UNITED NATIONS— The United Nations Secretary-General Ban Ki-Moon has welcomed an agreement between Sudan and South Sudan on several outstanding issues that had threatened the fragile peace between the two neighbors.
The agreements on security, economic relations and border security was signed in Addis Ababa earlier Thursday.
Sudanese President Omar Al-Bashir and South Sudan's President Salva Kiir meet repeatedly this week in the Ethiopian capital in a last-minute effort to resolve their differences and avoid possible U.N. sanctions.
The U.N. chief commended the two leaders for “choosing peace over war.” But he said it was unfortunate they could not agree on the future status of the disputed territory of Abyei.
“I urge both countries to continue their efforts to resolve this issue through dialogue and avoid any unilateral decisions that would risk a return to violence,” he said.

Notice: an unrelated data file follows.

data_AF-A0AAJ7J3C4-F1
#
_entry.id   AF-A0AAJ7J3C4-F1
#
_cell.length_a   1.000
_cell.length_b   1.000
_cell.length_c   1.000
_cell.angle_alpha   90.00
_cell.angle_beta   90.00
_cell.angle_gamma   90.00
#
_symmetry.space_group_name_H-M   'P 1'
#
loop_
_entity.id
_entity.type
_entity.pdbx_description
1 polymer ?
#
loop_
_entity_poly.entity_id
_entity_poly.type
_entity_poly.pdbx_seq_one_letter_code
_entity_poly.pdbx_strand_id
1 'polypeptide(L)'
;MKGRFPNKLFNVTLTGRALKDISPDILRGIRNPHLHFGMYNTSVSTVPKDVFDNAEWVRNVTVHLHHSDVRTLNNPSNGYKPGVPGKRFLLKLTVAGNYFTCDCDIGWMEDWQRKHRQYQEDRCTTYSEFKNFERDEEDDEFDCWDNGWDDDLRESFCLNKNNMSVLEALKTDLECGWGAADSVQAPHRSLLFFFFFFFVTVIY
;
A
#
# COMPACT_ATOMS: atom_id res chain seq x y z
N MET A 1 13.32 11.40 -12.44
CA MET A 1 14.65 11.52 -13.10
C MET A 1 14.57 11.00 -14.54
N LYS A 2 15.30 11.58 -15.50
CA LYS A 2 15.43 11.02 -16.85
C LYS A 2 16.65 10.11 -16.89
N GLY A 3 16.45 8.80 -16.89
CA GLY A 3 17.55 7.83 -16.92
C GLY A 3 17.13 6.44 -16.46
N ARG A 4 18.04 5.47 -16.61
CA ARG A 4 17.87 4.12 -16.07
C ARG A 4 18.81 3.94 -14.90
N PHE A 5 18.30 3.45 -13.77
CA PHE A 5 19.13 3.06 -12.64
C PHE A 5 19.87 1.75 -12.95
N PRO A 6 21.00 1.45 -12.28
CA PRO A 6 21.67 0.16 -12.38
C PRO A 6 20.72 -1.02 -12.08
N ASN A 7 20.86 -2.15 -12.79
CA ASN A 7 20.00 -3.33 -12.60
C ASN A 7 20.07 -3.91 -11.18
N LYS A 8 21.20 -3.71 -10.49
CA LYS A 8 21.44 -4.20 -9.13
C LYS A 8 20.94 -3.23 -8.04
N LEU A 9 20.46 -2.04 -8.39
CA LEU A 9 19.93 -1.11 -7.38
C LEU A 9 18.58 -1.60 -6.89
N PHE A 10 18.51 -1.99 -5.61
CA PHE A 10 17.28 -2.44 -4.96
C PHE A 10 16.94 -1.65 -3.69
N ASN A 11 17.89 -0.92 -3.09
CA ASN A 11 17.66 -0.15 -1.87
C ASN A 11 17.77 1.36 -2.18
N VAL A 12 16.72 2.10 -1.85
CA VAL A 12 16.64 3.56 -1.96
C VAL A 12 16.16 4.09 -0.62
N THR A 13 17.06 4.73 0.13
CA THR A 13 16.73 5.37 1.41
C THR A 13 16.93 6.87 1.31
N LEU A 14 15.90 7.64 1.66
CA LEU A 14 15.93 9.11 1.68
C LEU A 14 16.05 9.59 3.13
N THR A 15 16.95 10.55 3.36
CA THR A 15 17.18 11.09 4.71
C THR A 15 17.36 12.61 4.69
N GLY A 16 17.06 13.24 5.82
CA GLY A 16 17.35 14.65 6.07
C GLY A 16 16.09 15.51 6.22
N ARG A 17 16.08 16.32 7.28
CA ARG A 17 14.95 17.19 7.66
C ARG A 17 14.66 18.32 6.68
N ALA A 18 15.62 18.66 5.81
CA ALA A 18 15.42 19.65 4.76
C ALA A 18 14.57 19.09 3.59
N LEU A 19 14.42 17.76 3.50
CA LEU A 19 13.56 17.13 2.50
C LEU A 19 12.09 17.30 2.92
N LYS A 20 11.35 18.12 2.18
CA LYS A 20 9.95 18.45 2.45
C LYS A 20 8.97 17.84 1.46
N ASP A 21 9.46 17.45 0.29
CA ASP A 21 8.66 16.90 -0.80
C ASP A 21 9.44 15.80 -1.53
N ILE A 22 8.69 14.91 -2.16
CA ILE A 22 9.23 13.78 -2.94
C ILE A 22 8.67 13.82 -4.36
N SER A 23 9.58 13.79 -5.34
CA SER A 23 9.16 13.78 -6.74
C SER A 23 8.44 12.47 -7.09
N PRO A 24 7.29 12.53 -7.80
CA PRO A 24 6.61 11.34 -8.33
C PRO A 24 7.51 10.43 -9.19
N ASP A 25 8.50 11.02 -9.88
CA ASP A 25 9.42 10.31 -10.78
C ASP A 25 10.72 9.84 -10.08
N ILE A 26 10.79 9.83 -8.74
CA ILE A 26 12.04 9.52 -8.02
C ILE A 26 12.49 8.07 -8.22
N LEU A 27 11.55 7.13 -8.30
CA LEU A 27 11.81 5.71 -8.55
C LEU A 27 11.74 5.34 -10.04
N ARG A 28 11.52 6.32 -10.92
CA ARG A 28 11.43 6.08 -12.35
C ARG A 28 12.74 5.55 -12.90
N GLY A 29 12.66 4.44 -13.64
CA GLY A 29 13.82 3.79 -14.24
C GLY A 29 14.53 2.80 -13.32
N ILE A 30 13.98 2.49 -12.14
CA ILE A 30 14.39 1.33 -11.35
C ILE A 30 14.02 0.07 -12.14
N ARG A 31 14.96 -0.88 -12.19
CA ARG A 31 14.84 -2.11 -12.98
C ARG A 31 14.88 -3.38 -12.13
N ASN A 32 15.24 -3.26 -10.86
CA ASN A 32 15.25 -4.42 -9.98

Ban also expressed his concern over the continuing humanitarian crisis in South Kordofan and Blue Nile states, which have been affected by north-south violence.
In his address to the U.N. General Assembly, South Sudan’s vice president, Riek Machar Teny-Dhurgon, blamed Khartoum for the failure to resolve the Abyei question, saying President Bashir had rejected the proposal of the African Union High-level Implementation Panel, which has been acting as mediator.
But he said the two states did sign agreements on oil, boundary demarcation, border issues, banking and trade matters.
The vice president said that if the deal holds, the most significant outstanding issues will have been resolved.
“Diplomacy would have won and reason would have prevailed. With resolution of these key matters, preparations to resume oil production in South Sudan will now begin,” said Teny-Dhurgon.
The south shut down production of its oil wells several months ago after a dispute with Khartoum over transit fees.